IFJ Condemns Nepal Plan to Use Journalists as Informers

The International Federation of Journalists (IFJ) warns the Government of Nepal that plans to use journalists as law enforcement informers jeopardises the independence and safety of media personnel.

According to the Federation of Nepali Journalists (FNJ), an IFJ affiliate, the plans are contained in a document from the Ministry for Home Affairs regarding its new Special Security Strategy, which states journalists would be deployed to source information from criminal outfits across Nepal.

The document also said journalists commissioned to do this work would be paid as National Investigation Department employees.

The FNJ has voiced strong condemnation of the strategy, noting the already precarious safety environment for journalists working in the troubled Terai region or those who are reporting on political conflict.

The FNJ said the strategy reflected techniques used by Nepal’s ousted monarchy to force journalists to act as spies to obtain information on anti-royal groups. The strategy could potentially generate suspicion against all journalists and encourage an escalation of violence and attacks against media personnel and outlets.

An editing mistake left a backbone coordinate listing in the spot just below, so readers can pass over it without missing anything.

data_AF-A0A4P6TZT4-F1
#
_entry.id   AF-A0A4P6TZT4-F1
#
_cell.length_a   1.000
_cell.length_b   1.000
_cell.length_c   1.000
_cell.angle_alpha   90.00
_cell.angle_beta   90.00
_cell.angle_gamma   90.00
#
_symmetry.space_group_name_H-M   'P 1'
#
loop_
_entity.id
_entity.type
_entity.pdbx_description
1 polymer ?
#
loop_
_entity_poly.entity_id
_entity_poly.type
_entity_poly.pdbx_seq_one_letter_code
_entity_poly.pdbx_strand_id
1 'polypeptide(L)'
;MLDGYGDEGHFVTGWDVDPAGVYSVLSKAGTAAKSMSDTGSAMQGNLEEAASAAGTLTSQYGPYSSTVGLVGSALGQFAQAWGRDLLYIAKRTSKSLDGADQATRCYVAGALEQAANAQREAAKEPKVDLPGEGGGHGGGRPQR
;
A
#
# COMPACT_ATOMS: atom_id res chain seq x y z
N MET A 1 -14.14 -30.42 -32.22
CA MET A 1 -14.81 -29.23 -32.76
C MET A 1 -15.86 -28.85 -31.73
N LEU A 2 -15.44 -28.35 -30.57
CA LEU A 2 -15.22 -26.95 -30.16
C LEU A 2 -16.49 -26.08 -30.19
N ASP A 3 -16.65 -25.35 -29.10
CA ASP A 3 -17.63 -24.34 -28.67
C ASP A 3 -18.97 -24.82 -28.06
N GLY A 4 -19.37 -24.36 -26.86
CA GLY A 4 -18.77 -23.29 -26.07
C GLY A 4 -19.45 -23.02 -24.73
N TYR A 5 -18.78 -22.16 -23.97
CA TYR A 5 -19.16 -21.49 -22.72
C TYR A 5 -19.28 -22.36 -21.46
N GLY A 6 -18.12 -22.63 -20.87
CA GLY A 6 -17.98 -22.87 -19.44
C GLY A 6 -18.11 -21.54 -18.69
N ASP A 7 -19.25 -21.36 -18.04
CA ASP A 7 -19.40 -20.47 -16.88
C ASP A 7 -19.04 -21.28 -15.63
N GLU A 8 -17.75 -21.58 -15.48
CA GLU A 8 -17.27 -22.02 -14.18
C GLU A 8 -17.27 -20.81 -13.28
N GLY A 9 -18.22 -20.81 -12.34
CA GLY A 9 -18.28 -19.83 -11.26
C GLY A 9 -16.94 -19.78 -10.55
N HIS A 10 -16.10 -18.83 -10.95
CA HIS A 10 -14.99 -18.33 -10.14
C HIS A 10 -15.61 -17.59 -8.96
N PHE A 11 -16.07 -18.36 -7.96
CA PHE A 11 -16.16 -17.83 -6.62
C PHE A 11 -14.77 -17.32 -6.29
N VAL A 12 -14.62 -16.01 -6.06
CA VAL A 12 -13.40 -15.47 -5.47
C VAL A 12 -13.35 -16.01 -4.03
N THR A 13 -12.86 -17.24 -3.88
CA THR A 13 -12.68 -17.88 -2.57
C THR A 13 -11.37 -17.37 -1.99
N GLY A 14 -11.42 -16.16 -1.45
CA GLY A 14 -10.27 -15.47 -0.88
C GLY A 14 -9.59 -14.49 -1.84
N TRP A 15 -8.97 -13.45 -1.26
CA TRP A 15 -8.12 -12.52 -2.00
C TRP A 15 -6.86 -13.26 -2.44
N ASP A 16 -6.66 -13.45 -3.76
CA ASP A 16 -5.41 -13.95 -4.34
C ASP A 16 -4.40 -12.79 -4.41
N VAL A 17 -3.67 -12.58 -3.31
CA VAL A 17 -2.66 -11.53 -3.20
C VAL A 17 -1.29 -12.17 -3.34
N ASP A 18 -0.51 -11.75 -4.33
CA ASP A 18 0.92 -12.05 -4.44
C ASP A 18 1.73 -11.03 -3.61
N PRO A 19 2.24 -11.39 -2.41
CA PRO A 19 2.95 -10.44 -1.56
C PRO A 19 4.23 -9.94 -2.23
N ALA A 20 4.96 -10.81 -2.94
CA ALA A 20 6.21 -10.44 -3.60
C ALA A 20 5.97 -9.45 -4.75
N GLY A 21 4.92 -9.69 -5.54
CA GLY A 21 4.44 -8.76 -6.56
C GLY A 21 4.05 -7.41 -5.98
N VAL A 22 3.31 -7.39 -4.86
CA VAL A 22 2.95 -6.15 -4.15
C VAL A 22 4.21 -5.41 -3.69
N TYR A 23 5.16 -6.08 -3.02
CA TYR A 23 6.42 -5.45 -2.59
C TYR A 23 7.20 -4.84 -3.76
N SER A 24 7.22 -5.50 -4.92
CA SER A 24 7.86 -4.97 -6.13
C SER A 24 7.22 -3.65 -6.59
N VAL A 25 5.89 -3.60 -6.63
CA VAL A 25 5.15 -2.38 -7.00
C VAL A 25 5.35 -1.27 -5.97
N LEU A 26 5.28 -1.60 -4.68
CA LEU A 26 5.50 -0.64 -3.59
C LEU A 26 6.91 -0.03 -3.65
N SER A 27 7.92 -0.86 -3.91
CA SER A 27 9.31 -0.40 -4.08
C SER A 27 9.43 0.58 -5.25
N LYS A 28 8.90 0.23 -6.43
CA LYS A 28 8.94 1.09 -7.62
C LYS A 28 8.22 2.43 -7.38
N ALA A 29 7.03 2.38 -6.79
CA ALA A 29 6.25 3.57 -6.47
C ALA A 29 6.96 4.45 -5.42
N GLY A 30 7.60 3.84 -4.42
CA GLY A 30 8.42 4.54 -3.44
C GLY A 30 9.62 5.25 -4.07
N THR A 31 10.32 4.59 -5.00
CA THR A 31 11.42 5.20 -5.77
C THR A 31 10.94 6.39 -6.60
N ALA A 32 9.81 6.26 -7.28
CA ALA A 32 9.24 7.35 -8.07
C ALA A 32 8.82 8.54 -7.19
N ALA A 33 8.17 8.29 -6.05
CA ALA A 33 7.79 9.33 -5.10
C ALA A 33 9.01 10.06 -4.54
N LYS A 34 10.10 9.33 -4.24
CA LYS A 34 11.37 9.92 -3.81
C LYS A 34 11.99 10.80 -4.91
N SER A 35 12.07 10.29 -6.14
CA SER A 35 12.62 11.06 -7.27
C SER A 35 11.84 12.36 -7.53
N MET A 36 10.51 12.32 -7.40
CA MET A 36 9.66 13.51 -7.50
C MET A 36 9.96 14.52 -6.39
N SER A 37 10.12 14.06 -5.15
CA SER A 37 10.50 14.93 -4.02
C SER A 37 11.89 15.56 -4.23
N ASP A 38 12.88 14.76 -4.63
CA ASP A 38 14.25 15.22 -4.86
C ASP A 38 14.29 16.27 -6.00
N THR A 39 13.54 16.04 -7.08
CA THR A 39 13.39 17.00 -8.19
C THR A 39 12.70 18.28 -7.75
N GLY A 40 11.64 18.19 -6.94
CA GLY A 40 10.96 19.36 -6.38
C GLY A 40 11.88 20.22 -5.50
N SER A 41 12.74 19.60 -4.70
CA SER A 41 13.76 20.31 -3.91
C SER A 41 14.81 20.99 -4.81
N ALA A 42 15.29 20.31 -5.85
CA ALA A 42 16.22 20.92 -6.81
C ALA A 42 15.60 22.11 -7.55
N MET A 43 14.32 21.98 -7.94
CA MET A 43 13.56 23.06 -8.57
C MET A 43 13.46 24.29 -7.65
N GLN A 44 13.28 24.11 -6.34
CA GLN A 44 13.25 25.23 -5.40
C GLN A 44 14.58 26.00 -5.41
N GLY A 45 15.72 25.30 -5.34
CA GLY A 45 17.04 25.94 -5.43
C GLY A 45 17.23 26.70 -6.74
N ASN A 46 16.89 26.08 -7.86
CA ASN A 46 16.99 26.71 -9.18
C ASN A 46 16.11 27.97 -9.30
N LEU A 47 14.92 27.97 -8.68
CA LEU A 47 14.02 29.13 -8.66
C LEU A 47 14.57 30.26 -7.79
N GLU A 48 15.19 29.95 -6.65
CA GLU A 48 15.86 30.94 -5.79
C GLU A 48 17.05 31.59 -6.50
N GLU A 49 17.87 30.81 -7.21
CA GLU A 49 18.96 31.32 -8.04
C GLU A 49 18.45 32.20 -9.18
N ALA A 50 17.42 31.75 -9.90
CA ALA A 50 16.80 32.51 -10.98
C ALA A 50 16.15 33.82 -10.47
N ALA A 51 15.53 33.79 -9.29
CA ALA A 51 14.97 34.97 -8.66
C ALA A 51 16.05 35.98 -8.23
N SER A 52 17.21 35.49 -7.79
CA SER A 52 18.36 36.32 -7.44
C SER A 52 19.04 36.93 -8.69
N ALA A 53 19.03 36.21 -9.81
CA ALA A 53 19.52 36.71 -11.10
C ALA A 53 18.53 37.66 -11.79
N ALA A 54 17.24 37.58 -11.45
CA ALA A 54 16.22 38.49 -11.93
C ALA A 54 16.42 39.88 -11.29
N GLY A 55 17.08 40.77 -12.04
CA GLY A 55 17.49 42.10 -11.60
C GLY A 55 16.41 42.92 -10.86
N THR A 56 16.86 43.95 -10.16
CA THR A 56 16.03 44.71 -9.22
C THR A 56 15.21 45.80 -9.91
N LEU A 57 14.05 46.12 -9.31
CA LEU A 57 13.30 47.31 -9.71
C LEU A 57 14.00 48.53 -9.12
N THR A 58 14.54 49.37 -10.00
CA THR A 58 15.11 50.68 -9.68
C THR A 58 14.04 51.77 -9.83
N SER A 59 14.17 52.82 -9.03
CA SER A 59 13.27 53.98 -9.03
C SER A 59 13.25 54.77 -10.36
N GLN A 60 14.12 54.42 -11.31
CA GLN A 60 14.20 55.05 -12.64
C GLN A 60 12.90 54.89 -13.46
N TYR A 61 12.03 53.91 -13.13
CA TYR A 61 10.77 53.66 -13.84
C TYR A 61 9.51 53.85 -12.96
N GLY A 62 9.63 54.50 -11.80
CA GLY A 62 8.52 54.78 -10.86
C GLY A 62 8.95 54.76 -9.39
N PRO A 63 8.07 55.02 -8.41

Twenty-eight journalists were killed in Nepal in the country’s decade-long war, which was followed by civil disorder after the 2005 royal coup.

On May 28, 2008 members of Nepal’s Constituent Assembly voted to end Nepal’s 240 years of monarchical rule and to form a federal democratic republic.

“Nepal remains in an incredibly delicate state of transition to democracy and its people will depend heavily on the independence of the media to ensure power-holders operate in a transparent fashion,” IFJ Asia-Pacific Director Jacqueline Park said.

“Requiring journalists to act as double-agents on behalf of the Government undermines their professional integrity and risks their safety.”

The IFJ joins the FNJ in urging Nepal’s Government to immediately withdraw any provisions of the Special Security Strategy that undermine the professional standing and independence of journalists.

The FNJ has further stated that any journalist who works as a government informer will not be eligible for FNJ membership and existing memberships will be cancelled.

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